Nunes has already been severely criticised for rushing surreptitiously to the White House to view documentation proffered to him by White House aides that seemed to indicate the names of some in the Trump campaign had been mentioned in transcripts of eavesdropping on Russians in the US. Of course he did this without informing his fellow committee members and, instead, had called a press conference to talk about this material, presumably in aid of Trump’s assertion he had been actively wiretapped by the previous administration. As this House hearing proceeds, watch for Schiff to tangle repeatedly with Gowdy and Nunes – especially if the latter two try to derail the hunt again.

But the intelligence hearings are not the only game in town. The appropriations committee in the House – and its various subcommittees divided thematically along government departmental and functional lines – will be the cockpit for enormously complicated battles over the proposed Trump budget. Most Democrats, and many Republicans, had already pronounced the Trump dead on arrival, given its cuts in spending that did rather more than cutting some fat out of the federal budget.

As a result, it will be up to Republican Chairman Rodney Frelinghuysen from New Jersey and ranking Democratic member, Nita Lowey, from New York to find a way forward to avoid a government shutdown for lack of a budget (after the current continuing resolution draws to an end at the end of April), and then to somehow shepherd an actual budget for the remainder of the year. Someone bearing the Freylinghuysen name has continuously been in Congress since 1793, and his heritage also includes one of the founders of the Procter and Gamble household products empire. Lowey meanwhile represents the district that just happens to have a former presidential candidate, Hillary Clinton, as a constituent.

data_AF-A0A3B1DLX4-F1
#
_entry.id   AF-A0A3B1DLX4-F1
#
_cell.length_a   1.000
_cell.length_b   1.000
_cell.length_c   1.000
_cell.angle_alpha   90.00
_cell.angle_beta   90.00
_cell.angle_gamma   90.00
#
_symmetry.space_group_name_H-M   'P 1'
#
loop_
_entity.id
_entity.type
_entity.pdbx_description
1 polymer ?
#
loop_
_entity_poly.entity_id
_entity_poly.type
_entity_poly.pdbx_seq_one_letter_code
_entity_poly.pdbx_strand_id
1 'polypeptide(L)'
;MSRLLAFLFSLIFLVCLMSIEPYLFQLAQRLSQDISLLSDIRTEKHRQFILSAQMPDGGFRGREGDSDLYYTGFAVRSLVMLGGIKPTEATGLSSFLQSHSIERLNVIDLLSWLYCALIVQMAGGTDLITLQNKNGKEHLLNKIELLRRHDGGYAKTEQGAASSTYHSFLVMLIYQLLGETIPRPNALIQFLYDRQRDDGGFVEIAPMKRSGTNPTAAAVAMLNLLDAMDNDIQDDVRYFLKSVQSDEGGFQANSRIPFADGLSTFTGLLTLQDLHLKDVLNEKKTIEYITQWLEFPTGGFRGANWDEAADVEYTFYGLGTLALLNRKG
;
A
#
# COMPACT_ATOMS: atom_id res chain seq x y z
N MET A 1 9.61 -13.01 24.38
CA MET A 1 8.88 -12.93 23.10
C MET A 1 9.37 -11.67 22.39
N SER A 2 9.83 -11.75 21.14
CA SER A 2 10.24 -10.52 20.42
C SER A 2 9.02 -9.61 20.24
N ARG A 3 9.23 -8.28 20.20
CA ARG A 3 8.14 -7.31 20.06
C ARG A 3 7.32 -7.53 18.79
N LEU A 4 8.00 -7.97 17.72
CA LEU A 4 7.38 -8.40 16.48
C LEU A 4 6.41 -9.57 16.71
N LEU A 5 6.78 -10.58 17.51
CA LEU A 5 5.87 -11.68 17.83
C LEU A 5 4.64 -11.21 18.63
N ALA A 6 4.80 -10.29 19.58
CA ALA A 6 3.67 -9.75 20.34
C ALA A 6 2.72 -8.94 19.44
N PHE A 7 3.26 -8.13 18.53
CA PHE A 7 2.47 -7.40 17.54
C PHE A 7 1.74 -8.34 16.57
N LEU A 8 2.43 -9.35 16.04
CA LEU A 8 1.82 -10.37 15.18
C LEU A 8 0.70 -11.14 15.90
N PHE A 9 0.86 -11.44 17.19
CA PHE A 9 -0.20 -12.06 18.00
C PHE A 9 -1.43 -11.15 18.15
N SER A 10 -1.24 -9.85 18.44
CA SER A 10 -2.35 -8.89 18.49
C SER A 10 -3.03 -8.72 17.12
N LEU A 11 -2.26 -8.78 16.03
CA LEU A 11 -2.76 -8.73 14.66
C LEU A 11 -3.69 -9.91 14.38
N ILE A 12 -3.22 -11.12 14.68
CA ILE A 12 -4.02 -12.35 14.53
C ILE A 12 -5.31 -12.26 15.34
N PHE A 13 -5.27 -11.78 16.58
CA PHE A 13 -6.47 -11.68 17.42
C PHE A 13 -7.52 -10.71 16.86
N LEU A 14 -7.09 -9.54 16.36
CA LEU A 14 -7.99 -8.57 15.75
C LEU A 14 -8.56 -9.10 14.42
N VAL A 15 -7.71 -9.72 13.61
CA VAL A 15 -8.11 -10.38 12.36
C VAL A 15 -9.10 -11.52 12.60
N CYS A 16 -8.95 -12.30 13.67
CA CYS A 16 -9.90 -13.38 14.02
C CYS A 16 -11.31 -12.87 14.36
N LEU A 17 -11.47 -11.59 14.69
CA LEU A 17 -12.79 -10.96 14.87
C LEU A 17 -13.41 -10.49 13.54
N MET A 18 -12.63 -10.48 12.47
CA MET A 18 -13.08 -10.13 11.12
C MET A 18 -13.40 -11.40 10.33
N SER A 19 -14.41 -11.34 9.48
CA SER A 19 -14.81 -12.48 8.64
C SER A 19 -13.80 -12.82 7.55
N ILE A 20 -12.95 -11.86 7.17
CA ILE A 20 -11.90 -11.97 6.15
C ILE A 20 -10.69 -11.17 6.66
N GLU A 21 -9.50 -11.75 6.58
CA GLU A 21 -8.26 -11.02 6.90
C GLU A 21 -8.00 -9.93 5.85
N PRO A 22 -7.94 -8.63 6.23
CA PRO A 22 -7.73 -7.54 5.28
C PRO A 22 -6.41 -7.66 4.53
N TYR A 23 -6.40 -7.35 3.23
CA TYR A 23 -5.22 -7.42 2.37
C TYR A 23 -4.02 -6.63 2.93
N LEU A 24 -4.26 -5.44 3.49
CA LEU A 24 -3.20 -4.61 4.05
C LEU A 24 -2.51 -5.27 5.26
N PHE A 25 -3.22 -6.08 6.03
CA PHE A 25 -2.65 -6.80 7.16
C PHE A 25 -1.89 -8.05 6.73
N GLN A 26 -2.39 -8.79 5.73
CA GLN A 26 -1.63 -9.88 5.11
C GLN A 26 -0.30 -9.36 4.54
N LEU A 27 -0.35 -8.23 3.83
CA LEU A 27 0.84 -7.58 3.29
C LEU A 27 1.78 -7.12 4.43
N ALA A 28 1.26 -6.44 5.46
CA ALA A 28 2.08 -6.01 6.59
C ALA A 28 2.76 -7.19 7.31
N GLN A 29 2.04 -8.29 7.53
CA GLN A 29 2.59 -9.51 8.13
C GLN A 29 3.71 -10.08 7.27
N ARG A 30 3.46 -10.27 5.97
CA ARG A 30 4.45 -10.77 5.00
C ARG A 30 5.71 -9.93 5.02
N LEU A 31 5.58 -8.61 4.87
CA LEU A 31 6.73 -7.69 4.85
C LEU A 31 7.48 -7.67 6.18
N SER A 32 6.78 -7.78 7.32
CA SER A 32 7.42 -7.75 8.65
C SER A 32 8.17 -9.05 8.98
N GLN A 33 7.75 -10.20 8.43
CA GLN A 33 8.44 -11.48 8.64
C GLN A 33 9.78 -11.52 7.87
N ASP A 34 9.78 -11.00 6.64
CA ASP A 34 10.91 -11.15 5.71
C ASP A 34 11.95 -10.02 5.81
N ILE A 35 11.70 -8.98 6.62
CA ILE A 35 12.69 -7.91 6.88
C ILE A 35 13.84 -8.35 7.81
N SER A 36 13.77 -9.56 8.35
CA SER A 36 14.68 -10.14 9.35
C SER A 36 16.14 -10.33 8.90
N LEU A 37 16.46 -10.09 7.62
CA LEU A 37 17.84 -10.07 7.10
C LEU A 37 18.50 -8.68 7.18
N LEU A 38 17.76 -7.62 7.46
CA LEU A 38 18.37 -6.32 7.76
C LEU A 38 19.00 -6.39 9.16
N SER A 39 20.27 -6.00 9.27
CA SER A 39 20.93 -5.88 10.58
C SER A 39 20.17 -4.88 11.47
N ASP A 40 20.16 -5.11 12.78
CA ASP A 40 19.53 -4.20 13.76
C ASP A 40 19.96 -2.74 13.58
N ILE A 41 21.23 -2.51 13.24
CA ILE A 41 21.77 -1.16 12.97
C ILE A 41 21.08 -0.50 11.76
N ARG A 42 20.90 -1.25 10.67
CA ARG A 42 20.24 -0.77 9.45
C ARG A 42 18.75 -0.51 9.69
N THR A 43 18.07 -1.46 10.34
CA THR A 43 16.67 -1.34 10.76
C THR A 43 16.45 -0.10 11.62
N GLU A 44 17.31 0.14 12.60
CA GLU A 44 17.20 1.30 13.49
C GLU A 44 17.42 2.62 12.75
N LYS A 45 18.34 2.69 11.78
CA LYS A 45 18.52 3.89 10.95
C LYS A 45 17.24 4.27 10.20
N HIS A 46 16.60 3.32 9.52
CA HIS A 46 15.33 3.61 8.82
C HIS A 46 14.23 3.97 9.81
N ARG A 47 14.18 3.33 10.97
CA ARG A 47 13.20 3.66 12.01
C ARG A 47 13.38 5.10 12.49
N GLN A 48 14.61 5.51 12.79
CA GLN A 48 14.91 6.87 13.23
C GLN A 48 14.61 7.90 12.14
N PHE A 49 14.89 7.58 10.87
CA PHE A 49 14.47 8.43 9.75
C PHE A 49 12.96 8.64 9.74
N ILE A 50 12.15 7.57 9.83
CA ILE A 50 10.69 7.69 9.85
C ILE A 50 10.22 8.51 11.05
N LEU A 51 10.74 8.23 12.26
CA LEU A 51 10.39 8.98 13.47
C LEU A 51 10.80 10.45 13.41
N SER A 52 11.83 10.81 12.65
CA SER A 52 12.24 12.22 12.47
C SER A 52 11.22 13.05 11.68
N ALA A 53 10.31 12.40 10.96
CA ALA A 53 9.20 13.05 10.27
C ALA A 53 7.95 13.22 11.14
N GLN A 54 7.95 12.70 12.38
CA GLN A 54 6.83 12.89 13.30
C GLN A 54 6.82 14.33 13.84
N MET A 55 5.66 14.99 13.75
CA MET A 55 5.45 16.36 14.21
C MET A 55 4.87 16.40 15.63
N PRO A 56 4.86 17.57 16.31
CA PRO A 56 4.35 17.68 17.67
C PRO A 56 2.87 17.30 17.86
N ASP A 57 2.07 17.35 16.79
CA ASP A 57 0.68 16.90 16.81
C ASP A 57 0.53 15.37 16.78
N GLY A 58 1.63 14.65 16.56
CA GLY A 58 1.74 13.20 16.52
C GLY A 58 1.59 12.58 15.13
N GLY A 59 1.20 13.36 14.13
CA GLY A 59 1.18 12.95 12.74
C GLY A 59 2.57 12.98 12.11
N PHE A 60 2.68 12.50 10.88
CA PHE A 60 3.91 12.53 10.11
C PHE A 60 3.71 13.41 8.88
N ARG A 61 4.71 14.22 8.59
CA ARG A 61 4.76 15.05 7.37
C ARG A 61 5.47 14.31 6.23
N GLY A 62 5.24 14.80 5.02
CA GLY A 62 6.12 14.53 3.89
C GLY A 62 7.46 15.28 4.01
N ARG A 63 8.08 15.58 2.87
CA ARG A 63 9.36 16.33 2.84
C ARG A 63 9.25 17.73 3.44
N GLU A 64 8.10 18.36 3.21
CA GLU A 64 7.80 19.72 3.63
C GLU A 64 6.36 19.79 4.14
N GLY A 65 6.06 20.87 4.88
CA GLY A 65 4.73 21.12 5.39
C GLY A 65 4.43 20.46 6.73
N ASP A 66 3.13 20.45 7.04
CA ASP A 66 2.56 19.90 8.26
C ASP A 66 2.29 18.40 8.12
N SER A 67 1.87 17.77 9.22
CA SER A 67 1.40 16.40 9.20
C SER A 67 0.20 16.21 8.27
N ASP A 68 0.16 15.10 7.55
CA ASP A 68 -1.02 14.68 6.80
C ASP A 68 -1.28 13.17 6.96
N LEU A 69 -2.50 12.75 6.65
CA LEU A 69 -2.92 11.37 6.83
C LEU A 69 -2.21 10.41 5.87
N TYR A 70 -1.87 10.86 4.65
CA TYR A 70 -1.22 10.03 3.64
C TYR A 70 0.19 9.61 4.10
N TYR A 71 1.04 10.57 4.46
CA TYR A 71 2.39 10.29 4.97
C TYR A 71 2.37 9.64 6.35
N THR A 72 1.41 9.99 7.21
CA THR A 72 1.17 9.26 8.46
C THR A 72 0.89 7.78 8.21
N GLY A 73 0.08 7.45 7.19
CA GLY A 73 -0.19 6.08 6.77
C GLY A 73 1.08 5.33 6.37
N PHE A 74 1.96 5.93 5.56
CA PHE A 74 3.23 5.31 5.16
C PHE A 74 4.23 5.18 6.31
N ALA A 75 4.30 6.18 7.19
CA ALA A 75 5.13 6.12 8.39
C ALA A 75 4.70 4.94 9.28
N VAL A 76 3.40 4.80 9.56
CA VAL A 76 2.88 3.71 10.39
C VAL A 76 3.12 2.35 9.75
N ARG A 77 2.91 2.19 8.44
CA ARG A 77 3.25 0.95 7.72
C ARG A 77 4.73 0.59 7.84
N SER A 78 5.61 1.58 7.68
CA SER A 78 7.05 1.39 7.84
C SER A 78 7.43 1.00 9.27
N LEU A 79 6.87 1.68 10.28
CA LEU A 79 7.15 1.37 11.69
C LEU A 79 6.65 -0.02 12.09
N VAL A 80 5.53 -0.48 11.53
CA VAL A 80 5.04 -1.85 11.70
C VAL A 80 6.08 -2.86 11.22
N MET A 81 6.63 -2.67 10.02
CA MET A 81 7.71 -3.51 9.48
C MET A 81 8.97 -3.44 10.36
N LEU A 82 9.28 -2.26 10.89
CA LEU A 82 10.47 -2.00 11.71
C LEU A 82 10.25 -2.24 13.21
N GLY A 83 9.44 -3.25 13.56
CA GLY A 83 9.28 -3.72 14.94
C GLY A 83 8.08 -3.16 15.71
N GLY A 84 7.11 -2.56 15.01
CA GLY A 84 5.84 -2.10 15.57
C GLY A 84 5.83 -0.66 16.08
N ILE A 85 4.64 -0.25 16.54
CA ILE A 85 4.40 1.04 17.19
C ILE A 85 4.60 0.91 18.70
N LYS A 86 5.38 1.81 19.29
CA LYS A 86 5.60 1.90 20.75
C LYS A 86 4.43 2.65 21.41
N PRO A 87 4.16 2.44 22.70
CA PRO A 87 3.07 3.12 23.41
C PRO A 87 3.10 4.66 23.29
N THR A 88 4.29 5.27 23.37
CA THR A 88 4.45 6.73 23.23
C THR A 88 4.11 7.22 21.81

At least on paper, the two would seem to come from their respective parties’ mainstreams, albeit politically divergent between themselves. And so, it is possible some actual co-operation may evolve – especially as it becomes increasingly clear to the Trumpians that they actually need the Democrats to pass things in Congress, whenever their Freedom Caucus GOP members would rather be right than on the winning side of actual governance.

The respective House and Senate leadership positions presumably also have occupants who would rather find ways of co-operating than constantly fighting. In the Senate and the House both, Democrats Charles Schumer and Nancy Pelosi would seem favourably disposed towards support of the president’s prized infrastructure building initiative (once he gets around to explaining what he actually means), even more than many Republicans. But they will only come on board at some cost, such as protecting certain cabinet and independent agency budgets and missions from the slashing and burning initially proposed by Trump. But, hey, that’s politics.

And so, our lesson today is? Get to know the names of Schiff, Gowdy, Nunes, Lowey, Frelinghuysen, Burr and Warner – they’re going to be in the news quite a bit in the future, right along with the slightly more familiar ones of Democratic Senator from New York Charles Schumer (Senate minority leader) and Democratic Congresswoman from California Nancy Pelosi (House minority leader) and Senate Majority Leader Mitch McConnell and Speaker of the House Paul Ryan – or that whole pack of squabbling ideologues in the playpen now masquerading as the West Wing of the White House. DM

Photo: (TOP) Chairman of the Senate Select Committee on Intelligence Republican Richard Burr (R) and ranking member of the Senate Select Committee on Intelligence Democrat Mark Warner (L) attend the Senate Select Committee on Intelligence hearing entitled ‘Disinformation – A Primer in Russian Active Measures and Influence Campaigns’, on Capitol Hill in Washington, DC, USA, 30 March 2017. EPA/MICHAEL REYNOLDS. (BOTTOM) House Permanent Select Committee on Intelligence Chairman Devin Nunes (R), along with co-chair from California Adam Schiff (L), speak about the committee’s Russia investigation in the U.S. Capitol in Washington, DC, USA, 15 March 2017. FBI director James Comey is expected to say today if the FBI is investigating ties between the Trump campaign and Russia. EPA/JIM LO SCALZO